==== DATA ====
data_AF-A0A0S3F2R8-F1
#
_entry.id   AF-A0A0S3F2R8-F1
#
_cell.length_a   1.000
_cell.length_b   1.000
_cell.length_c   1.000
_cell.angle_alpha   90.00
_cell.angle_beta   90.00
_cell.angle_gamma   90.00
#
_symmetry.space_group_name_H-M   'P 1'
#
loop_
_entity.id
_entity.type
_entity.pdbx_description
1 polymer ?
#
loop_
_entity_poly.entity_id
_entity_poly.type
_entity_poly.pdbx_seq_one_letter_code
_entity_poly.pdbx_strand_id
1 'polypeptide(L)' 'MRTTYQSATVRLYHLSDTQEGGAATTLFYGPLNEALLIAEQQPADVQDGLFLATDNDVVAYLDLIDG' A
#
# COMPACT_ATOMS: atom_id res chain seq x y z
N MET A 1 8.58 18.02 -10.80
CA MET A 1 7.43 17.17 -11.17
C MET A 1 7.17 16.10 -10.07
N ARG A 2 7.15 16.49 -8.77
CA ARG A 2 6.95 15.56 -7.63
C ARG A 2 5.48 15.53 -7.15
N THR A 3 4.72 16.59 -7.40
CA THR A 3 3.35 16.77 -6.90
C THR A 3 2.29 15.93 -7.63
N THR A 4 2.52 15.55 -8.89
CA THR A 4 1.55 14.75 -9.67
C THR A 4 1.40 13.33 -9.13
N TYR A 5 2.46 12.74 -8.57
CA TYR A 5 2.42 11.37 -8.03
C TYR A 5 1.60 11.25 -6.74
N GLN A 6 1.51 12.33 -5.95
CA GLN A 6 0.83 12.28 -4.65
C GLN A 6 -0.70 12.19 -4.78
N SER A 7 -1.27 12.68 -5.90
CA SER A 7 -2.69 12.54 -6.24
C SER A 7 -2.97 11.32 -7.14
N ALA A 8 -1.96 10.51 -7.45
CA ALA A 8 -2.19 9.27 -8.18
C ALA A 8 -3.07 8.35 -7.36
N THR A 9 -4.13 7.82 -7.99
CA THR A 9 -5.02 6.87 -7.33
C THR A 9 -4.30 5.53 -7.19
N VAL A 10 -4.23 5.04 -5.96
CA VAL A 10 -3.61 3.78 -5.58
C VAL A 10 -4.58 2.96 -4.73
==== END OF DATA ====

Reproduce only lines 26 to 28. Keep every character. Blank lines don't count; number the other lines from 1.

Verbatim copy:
#
# COMPACT_ATOMS: atom_id res chain seq x y z
N MET A 1 8.58 18.02 -10.80